Having a Cold While Pregnant? A Local Physician Shares What to Do and How to Ease Your Symptoms While Keeping Your Baby Safe

Michael Straker, MD, Director of Obstetrics and Gynecology, Clara Maass Medical Center
Michael Straker, MD, Director of Obstetrics and Gynecology, Clara Maass Medical Center in Belleville, NJ

Belleville, NJ - Over-the-counter remedies for the symptoms of a common cold— sneezing, coughing, congestion, a sore throat—are easy to find. But if you’re an expectant mother or a mom who is nursing, how do you find relief while being sure your medications don’t affect your baby.

Less is More

“If you can limit medications, that’s always safer and better,” says Michael Straker, MD, Director of the Department of Obstetrics and Gynecology at Clara Maass Medical Center. For congestion, he suggests the use of a saline nasal spray or steam from a neti pot, and plenty of fluids. For a sore throat, try gargling with salt water. Chicken soup and plenty of rest can relieve symptoms as well.

For aches, acetaminophen (for example, Tylenol, rather than products containing aspirin, ibuprofen or naproxen) is safe throughout pregnancy, says Dr. Straker. The same is true for cough medicines with guaifenesin (an expectorant) or dextromethorphan (a suppressant), he says, though it’s best to consult your physician first.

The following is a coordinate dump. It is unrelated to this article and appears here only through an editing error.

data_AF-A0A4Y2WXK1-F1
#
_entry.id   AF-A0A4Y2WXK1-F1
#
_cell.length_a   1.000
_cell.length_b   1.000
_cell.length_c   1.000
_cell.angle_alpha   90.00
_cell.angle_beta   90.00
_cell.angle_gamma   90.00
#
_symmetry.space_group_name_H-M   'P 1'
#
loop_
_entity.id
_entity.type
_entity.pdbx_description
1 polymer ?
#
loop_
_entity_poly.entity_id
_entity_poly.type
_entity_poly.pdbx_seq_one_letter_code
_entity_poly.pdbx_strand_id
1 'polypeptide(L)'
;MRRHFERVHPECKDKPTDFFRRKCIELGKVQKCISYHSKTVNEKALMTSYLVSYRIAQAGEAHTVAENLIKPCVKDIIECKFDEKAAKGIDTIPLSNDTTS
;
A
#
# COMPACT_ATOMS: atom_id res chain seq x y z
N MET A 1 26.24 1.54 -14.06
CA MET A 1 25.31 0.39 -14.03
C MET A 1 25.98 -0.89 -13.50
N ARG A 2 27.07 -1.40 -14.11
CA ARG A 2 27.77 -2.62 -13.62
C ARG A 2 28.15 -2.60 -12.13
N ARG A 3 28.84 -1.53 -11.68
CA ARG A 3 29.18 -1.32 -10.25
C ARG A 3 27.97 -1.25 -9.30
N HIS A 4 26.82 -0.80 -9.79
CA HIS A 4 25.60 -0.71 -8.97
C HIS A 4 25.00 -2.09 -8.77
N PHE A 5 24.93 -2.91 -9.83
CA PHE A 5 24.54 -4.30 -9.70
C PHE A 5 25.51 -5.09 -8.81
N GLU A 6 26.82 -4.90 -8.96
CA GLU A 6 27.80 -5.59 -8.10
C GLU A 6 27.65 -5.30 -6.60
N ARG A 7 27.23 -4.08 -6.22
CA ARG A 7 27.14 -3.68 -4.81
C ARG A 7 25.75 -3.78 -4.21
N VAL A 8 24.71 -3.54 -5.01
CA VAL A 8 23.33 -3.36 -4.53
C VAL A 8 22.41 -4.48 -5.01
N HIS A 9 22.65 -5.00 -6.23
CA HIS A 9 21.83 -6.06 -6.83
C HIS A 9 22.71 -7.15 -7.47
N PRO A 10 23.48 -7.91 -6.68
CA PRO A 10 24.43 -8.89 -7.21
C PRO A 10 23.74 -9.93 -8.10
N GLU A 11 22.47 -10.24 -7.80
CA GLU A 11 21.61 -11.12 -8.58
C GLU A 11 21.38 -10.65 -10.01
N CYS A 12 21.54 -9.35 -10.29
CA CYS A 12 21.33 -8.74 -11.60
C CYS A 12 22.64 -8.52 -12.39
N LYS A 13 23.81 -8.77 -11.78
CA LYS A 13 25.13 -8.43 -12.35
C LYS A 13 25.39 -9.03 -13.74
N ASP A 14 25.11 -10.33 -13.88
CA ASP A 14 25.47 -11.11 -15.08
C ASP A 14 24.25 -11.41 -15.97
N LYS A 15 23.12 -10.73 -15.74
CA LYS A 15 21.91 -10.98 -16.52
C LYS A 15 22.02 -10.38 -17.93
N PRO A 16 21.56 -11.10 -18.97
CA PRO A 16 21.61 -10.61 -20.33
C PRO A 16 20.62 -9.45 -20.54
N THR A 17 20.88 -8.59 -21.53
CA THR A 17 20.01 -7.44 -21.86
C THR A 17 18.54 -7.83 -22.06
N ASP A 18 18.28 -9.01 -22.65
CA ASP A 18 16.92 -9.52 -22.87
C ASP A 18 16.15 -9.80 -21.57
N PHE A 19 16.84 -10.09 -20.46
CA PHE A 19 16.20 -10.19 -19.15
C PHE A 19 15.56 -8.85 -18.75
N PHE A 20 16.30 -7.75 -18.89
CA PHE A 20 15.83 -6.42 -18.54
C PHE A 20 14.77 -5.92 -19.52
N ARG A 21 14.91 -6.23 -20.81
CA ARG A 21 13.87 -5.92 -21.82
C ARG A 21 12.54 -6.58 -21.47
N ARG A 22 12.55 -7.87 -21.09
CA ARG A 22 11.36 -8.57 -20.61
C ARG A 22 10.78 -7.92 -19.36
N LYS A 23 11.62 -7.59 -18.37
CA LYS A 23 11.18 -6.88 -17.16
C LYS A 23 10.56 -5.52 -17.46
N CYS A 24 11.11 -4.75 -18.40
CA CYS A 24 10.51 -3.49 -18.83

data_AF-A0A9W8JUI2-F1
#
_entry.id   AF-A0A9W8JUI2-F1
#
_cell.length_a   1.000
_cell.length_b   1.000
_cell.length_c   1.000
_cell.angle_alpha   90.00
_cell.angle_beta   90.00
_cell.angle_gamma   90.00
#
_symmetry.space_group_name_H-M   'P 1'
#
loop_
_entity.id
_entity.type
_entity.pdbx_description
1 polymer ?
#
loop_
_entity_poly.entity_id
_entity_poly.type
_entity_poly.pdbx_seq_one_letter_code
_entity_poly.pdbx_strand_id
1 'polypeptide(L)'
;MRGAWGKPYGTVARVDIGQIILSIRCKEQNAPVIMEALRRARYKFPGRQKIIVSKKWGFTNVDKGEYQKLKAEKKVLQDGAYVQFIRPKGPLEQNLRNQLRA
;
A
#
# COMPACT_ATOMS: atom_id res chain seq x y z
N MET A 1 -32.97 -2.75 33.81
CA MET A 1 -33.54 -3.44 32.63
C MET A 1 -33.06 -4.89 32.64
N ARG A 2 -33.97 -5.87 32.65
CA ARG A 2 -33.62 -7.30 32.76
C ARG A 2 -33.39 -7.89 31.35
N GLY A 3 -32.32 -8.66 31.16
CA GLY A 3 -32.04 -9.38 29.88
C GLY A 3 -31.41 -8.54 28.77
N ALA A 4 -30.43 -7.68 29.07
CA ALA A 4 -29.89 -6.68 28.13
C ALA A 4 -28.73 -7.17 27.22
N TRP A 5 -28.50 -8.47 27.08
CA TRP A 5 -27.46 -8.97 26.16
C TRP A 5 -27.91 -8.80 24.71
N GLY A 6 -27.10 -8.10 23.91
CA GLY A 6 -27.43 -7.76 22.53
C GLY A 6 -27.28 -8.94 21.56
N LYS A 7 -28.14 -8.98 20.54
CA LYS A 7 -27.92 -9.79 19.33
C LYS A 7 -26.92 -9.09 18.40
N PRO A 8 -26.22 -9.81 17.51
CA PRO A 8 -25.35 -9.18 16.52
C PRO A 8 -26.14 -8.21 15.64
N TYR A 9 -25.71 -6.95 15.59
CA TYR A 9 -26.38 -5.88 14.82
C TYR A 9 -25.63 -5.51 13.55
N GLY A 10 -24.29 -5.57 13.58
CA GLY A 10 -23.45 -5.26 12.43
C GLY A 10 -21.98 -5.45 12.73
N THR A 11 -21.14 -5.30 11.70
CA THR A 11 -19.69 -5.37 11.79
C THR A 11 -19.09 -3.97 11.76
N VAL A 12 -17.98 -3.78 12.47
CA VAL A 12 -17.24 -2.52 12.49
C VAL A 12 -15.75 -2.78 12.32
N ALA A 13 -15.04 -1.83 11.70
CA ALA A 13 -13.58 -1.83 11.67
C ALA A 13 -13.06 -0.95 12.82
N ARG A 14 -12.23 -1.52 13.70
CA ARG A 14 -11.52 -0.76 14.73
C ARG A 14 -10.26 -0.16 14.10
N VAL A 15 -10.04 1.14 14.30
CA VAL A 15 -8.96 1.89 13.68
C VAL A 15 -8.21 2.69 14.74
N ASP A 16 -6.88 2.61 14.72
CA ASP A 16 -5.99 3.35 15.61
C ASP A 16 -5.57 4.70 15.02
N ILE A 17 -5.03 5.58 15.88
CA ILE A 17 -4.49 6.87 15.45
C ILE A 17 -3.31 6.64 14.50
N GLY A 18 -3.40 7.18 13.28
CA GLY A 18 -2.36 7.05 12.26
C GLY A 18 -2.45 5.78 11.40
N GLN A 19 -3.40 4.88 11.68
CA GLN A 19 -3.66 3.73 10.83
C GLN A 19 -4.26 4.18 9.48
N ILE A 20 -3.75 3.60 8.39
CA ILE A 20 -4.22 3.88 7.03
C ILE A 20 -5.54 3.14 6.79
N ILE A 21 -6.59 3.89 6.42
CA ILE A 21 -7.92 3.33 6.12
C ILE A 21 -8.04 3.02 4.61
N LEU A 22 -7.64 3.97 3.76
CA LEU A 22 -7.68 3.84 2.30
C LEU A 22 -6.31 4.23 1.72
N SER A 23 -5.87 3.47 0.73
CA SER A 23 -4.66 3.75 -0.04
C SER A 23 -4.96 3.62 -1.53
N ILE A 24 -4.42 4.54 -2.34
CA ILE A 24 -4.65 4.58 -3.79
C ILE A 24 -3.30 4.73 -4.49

Read labels carefully before you take any cold medicine, particularly for multi-symptom products, advises Dr. Straker. “People often load up on different types of cold medicine because the brand names are different, but the ingredients are the same,” he says. “You may be taking too much of a given ingredient without knowing it.” Drug labels should also list any appropriate warnings for pregnant women.

When to Call the Doctor

There is no one-size-fits-all recommendation for when to call a doctor—whether your OB/GYN or primary care physician—about cold symptoms, Dr. Straker says. However, troubling signs include fever and chills, shortness of breath or an increased heart rate, and symptoms that linger more than 10 days or become more persistent. In those situations, a pregnant woman should seek the care of a doctor.

“A temperature of 100.5 or above is considered a fever, but a fever isn’t necessarily cause for concern,” he says. “It’s the body’s way of removing an infectious agent. However, if a woman has a stubborn fever that will not come down with Tylenol and increased fluids, as well as significant physical discomfort, she should contact her doctor and possibly be seen right away.”

Taking Care of You

“An expectant or new mom already has a compromised immune system because so much of her body’s energy is being used to support her baby,” Dr. Straker says. “To lessen the chances of catching cold, pregnant and nursing women should follow a balanced diet, remain active, avoid those who are sick and wash hands frequently with soap and warm water.

“In addition, the flu shot is not only safe for pregnant and nursing moms, it’s recommended,” he says. “It helps to protect mom, and mom passes those antibodies to baby.

“Any time you’re concerned, talk to your doctor,” says Dr. Straker. “He or she will walk you through whatever you’re experiencing.”

To find a primary doctor or OB/GYN at Clara Maass Medical Center, click here or call 888.724.7123.